Much smaller than Beijing or Shanghai, Guilin offers students a relaxed city that has not had much exposure to westerners. As a result, locals are curious and generous, happy to help you practice your Chinese if you don’t mind helping them with their English. This slower pace of life, combined with the open-heartedness of its residents, makes Guilin a language-learning Eden for Chinese beginners.

  • Taiwan: This island off the coast of China is in the same gray-area category of ownership as Hong Kong. Taiwan is a democracy, and claims independence. China claims historical ownership of the island. Whatever flag is flying, Taiwan is a great place to learn Chinese.

    Beautiful, picturesque beaches and some of the best food in the world stoke the soul of the student learner, while the democratic government and its ideological schism with mainland China may help calm the concerns of parents who have reservations about letting their child study in China. Old distrusts are hard to shake, and proposing Taiwan as a destination may help those who need convincing

Qualifications

As with any language, choosing to take university language courses will require a proficiency exam. Keep in mind that reading and writing Chinese is a completely different animal than speaking it. The westernized characters we use to write ni hao are called Pinyin, and will not help you much in China. Be sure to decide if you want to simply be able to speak Chinese, or if you’re ready to go whole-hog and learn the lot.

Level of Difficulty

Mandarin Chinese is listed by the CIA as one of the hardest languages for English-speakers to learn, along with Arabic, Japanese, Korean and Cantonese. Because of the tonal nature of Chinese, a word can have four different meanings depending on which tone is applied. Use the wrong tone, and Chinese listeners genuinely hear a different word. Context can usually clear things up, but this added layer of difficulty – having to memorize vocabulary and tonality – can frustrate some learners.

Which is to say nothing of reading and writing Chinese characters, which requires hours and hours of focused memorization. We say this not to discourage you – it can be done! – but to help you keep in mind the separate nature of speaking, and reading and writing.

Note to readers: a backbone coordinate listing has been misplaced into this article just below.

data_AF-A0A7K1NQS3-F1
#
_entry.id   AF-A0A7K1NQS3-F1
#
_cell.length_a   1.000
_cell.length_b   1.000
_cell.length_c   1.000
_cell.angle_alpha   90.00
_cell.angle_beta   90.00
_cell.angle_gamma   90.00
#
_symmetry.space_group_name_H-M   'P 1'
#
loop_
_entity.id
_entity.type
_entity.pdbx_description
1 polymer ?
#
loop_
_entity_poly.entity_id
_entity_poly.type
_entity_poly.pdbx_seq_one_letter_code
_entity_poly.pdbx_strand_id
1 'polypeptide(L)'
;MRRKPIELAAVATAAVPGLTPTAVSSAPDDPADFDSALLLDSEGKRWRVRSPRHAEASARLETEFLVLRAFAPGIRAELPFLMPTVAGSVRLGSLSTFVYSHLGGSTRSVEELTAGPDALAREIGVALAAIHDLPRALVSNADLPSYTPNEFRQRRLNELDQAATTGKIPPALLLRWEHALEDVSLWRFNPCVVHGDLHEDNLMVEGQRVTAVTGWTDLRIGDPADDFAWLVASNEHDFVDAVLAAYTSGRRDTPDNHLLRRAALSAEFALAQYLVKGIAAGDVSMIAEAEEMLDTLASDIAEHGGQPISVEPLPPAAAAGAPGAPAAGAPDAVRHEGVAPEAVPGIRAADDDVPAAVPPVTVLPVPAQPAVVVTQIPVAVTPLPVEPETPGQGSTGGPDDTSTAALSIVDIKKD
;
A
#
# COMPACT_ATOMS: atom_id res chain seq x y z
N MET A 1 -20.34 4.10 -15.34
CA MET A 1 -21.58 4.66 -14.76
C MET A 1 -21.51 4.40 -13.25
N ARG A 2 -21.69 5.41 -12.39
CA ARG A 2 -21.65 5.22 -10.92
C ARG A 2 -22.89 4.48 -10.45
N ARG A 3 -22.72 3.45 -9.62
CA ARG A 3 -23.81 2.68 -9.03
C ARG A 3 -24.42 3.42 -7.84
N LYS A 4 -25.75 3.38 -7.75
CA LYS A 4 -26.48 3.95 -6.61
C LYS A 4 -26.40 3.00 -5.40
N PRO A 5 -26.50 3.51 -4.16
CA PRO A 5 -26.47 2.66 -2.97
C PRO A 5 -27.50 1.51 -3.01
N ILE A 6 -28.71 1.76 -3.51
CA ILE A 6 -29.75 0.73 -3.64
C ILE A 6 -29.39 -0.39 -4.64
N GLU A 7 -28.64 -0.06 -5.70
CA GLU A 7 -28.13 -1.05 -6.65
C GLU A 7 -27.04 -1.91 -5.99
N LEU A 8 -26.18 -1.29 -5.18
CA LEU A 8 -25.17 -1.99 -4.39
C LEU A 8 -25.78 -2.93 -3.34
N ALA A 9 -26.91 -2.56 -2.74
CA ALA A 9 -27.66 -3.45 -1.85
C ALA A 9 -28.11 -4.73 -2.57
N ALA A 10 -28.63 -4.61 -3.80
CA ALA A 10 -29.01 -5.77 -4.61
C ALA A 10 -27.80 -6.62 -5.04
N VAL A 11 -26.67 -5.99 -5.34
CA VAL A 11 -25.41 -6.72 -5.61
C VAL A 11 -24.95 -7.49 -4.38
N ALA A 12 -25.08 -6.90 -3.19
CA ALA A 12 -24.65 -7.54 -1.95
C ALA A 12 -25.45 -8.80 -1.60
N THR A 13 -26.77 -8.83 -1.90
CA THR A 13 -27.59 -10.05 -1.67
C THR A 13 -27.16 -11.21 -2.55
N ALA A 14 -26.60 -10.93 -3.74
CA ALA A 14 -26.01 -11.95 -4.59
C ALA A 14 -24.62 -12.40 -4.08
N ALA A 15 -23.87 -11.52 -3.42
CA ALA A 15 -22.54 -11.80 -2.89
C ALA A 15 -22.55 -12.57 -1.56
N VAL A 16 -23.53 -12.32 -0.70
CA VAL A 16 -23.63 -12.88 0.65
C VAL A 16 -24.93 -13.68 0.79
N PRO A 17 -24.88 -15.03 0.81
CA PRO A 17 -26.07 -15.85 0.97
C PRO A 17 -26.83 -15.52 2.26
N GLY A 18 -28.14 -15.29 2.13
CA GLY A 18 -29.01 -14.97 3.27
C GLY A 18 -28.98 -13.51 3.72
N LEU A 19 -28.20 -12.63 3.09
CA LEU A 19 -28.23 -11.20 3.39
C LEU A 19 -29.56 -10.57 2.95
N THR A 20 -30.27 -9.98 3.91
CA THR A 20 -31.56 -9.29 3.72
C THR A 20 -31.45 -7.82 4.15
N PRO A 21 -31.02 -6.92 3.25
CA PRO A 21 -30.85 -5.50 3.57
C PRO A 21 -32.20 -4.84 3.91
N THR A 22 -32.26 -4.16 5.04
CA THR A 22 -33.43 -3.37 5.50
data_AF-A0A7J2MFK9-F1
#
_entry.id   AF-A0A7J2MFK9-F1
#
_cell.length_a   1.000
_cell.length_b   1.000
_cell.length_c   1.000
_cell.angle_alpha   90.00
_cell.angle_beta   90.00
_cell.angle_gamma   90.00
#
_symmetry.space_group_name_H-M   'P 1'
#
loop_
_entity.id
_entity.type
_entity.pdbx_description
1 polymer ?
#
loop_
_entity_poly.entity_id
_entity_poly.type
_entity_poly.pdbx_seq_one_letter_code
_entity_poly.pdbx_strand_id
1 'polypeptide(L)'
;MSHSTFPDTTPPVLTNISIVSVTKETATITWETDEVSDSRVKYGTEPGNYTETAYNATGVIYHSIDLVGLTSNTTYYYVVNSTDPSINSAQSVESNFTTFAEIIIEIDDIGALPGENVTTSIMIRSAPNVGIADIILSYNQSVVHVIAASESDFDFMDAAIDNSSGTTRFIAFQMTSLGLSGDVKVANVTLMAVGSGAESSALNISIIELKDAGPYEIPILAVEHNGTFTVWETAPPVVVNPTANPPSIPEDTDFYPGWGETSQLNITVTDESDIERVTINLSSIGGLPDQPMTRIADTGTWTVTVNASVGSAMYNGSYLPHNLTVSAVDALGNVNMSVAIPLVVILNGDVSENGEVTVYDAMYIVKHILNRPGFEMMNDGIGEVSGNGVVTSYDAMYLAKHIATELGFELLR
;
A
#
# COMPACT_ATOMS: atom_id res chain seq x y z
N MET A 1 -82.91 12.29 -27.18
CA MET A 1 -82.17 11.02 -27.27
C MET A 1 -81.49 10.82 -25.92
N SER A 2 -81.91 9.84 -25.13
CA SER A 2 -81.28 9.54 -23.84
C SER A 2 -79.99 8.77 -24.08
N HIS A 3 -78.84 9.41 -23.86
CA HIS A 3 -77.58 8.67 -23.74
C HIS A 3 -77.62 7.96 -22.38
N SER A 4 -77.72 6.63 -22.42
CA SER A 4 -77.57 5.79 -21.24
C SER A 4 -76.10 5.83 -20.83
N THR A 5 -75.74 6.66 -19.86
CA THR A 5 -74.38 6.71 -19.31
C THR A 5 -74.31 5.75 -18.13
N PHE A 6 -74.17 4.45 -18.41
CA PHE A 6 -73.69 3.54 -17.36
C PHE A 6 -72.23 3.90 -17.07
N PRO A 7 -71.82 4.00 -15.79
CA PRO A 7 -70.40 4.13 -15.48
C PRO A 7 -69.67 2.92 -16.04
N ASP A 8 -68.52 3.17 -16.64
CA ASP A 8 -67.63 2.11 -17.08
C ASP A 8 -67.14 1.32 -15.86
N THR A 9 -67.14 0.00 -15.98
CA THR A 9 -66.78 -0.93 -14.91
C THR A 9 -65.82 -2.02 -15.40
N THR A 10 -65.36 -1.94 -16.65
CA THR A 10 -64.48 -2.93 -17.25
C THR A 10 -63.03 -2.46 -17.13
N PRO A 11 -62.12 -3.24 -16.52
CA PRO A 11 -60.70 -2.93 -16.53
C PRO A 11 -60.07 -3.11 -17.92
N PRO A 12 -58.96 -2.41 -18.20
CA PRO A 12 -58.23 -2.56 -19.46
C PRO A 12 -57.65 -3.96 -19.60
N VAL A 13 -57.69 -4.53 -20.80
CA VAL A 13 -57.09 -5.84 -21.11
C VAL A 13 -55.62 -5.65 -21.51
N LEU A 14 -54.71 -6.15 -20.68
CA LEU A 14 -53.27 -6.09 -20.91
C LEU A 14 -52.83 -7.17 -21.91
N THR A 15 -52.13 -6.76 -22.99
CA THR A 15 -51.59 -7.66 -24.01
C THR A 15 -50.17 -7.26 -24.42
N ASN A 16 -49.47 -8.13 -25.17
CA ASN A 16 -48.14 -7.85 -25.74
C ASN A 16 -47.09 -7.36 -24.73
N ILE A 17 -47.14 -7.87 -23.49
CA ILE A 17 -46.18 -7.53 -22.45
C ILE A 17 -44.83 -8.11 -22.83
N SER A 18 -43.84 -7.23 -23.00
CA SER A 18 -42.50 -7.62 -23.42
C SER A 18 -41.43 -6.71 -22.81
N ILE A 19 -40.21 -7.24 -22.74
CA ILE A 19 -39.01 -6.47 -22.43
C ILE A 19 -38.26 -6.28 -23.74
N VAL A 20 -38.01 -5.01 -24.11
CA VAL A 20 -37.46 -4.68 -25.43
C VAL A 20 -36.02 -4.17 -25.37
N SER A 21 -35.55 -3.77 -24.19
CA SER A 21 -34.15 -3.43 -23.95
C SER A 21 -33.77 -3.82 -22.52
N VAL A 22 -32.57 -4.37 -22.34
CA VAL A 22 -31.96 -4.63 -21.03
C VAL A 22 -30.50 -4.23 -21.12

Participant Demographic

As one of the “hot,” in-demand language right now, there are more Chinese language students than ever. As more and more international companies seek to do business in China – companies with headquarters in Stockholm, New York, Rome, Johannesburg, Cairo, Tokyo, etc. – more of their employees are learning the language. This means that at any given Chinese language school, you are likely to encounter students from all over the world, of all ages, in all different walks of life. This makes for one of the most diverse and exciting student demographics of any language.

Yeah, about getting to China…it will cost some coin. You have to move your body thousands of miles across the largest ocean on earth – and remember to stow your tray table. Flight deals are common though, so keep an eye peeled. Cost of living will vary: in Beijing and Shanghai especially, drinks, food staples, and rent will be high, just as in New York or Paris. Outside of those few cities, though, prices drop dramatically. The average Chinese citizen does not make a lot of money, and prices reflect that. Current exchange rates put one dollar worth roughly seven Chinese yuan, so students can order big hearty meals for the equivalent of roughly thirty American cents. Cha-ching!

There are also lots of opportunities for Americans to make money on the side. English-speaking westerners are a hot commodity in smaller Chinese cities, so do not be surprised if you are approached about tutoring the children of wealthy business people, doing voice-over work for cartoons and textbooks, or even doing fashion modeling. Seriously!

Scholarships
  • Boren Scholarships: This scholarship, good for up to $20,000, is for language students looking to study in a region deemed critical to US national security. Specifically mentioned on this list are students looking to study Chinese in China.
  • Benjamin A. Gilman International Scholarship Program: This scholarship, intended specifically for students with a financial need, offers $5,000 to any student already receiving a Pell Grant, and already accepted into a Chinese study abroad program for college credit.

Showing 75 Programs

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Taipei
Taiwan Mandarin Institute

Taiwan Mandarin Institute is a Chinese language school located in the center of Taipei. All of our teachers are fully trained

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SN Mandarin

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Mandarin Zone School provides various programs for students who wish to learn Chinese while experiencing Chinese culture in C